On the seventh floor the remnants of Labour, the Liberals and the Greens have had the mother of all battles over office space (despite having fewer members), however they did get their act together sufficiently to grab all the top Assembly jobs, shutting out the 11 Conservatives and the BNP member. Obviously they feel they can run the Assembly with just 13 members, but the prospects are not good as they tried and failed with 15 members eight years ago. Expect them to come crawling back for help within six months...

The Conservative group occupy the sixth floor once more. With seven new members, there is a lot of enthusiasm and climbing of the learning curve. Richard Barnes is group leader again, I am deputy leader again, and new member Richard Tracey is group whip. There has never been such a large political group at City Hall, so keeping everyone in the loop will be a challenge.

And BNP man Barnbrook has taken up residence in the office formerly used by UKIP (who became 'One London'). He raised a number of challenges at the assembly AGM and clearly sees himself as some sort of enfant terrible. However much we detest his views, he was democratically elected and has a right to play a full part in assembly committees, so we wait to see how he will interpret his role. He supported green member Darren Johnson in his bid to be deputy chair of the assembly...

Wednesday, May 14, 2008

Last of the Londoner

The Mayor has made good on his election promise and ceased publication of 'The Londoner', Livingstone's supportive propaganda sheet.

This move will save £2.9 million from the City Hall budget and Boris plans to invest £1 million of this in planting new street trees around London. This instead of cutting trees down to make newspapers. Where the trees will go is still to be decided, so any suggestions would be welcome - I will pass them on.

Under the old regime, Transport for London, the Met Police and of course the LDA, were forced to contribute to the cost of producing the Londoner. TfL had to buy three full pages of advertising in every issue. Only the Fire Brigade escaped the 'Londoner Tax' because members of its authority were brave enough to reject Livingstone's edict.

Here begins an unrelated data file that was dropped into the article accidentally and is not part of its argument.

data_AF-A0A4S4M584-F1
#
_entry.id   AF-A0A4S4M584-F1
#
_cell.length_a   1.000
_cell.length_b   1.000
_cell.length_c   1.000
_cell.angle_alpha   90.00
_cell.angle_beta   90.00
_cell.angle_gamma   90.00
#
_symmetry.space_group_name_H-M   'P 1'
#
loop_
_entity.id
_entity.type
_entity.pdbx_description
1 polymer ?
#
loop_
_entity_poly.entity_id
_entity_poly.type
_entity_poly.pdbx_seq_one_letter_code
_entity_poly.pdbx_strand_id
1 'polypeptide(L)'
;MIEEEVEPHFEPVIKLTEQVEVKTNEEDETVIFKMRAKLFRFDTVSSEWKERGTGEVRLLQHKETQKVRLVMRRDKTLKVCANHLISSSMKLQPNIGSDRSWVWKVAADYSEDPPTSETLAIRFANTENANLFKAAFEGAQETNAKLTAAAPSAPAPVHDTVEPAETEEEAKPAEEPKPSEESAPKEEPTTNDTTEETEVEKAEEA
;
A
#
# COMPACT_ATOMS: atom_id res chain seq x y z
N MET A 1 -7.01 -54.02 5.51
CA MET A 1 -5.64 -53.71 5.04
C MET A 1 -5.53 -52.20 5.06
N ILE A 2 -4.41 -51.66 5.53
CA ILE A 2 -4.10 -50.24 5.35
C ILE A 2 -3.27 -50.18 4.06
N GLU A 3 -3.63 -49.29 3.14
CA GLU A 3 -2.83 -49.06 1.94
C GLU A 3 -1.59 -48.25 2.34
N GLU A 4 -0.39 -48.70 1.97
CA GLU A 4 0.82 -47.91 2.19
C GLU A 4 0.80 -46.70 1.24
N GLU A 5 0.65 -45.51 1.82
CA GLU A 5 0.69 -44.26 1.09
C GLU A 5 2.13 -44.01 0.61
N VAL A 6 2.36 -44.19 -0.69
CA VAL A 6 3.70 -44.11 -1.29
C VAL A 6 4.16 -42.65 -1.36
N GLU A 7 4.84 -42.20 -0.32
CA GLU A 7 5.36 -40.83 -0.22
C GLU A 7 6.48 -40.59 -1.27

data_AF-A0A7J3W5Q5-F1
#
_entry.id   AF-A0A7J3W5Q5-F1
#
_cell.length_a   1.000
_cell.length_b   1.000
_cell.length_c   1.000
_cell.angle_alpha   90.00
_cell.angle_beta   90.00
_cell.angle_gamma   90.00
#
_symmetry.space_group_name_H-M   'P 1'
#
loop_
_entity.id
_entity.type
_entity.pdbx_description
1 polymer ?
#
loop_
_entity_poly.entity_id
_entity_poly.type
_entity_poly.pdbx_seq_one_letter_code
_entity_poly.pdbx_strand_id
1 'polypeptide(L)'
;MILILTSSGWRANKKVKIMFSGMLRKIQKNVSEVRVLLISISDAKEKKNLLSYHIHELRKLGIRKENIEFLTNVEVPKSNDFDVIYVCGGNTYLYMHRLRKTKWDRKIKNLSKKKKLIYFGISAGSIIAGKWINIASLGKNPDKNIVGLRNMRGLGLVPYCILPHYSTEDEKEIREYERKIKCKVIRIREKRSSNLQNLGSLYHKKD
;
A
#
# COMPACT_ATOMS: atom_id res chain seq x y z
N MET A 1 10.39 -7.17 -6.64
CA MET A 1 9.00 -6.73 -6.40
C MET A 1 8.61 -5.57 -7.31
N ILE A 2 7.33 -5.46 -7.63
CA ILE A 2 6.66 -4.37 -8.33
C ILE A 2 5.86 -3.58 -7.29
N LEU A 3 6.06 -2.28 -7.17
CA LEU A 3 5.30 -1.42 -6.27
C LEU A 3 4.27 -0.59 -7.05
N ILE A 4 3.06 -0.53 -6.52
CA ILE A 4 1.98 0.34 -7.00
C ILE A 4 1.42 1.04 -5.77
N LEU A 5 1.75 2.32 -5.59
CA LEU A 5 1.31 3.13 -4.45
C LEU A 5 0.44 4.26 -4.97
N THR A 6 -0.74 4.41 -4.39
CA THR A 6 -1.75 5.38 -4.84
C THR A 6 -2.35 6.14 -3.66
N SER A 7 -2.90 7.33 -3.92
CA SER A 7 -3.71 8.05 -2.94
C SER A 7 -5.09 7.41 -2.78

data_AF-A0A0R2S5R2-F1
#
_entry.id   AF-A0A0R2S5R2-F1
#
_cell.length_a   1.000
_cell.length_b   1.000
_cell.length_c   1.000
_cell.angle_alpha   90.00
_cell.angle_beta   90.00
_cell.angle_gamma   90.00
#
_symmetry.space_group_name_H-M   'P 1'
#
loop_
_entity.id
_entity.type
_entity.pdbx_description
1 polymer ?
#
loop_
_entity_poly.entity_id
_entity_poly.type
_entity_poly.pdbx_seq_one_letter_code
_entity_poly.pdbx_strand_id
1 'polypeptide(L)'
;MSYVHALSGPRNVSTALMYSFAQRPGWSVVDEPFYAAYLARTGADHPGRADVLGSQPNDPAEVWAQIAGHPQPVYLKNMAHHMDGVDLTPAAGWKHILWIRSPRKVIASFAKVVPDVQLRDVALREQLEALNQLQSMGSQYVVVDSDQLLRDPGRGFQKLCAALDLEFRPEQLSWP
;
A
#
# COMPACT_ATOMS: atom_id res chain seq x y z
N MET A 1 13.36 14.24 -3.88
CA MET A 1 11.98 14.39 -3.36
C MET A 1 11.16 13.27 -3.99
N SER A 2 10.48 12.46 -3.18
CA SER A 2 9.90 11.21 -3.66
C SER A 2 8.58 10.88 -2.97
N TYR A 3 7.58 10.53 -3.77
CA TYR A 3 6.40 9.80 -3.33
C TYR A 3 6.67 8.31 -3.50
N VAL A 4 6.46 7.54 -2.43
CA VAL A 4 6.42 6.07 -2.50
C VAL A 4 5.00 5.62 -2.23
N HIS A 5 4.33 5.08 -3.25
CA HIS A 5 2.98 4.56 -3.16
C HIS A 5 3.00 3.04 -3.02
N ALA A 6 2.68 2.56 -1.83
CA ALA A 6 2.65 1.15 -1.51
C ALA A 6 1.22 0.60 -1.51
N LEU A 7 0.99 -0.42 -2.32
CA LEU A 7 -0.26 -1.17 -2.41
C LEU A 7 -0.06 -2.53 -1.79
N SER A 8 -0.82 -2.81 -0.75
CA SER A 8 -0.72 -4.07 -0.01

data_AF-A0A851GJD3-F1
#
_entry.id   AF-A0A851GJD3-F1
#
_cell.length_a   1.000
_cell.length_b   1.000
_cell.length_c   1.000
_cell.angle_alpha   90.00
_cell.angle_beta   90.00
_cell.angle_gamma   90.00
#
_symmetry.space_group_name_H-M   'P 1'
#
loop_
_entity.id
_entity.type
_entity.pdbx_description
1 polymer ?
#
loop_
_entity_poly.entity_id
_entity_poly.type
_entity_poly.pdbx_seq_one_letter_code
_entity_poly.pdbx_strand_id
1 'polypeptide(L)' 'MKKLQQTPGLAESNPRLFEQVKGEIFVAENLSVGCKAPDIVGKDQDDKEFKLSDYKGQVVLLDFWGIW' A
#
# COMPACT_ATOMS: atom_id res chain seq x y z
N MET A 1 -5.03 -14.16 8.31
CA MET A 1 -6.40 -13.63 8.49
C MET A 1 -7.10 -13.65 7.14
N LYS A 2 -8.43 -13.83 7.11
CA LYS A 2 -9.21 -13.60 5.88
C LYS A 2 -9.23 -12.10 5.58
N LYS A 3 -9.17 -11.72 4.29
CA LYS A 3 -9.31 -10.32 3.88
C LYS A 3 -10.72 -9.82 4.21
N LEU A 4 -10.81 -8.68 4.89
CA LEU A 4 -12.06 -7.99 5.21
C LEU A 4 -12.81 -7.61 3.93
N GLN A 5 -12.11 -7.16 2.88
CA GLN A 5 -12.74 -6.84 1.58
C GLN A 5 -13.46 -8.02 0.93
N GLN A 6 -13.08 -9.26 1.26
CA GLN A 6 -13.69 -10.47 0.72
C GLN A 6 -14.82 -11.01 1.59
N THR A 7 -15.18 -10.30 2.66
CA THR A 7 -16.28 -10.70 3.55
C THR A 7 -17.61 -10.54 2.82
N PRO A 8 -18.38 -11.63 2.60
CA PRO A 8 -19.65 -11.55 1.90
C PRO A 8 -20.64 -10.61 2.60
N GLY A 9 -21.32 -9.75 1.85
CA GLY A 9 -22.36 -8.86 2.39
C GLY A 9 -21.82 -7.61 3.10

Boris has made a flying start in his first week - long may the new broom continue to sweep clean.

Monday, May 05, 2008

Thank You

The result of the election in Havering & Redbridge was as follows:

Roger Evans Conservative 78,493
Balvinder Saund Labour 35,468
Farrukh Islam Lib Dem 12,443
Lawrence Webb UKIP 12, 203
Ashley Gunstock Green 9,126
Leo Brookes English Democrat 6,487
Paula Warren Christian Peoples Party 5,533
Peter Thorogood Independent 3,450
Carole Vincent Left List 1,473

Giving a conservative majority of 43,025. The large turnout also helped to elect Boris Johnson and gives us a Conservative group on the Assembly of 11 - the largest political group to be elected to City Hall in the GLA's short history.

Can I thank everyone who campaigned for us and everyone who took the time to vote - this was a great result for democracy as well as my party. I return as the member for Havering & Redbridge, an area I am proud to represent, and I will work for all my constituents regardless of their politics, over the coming four years.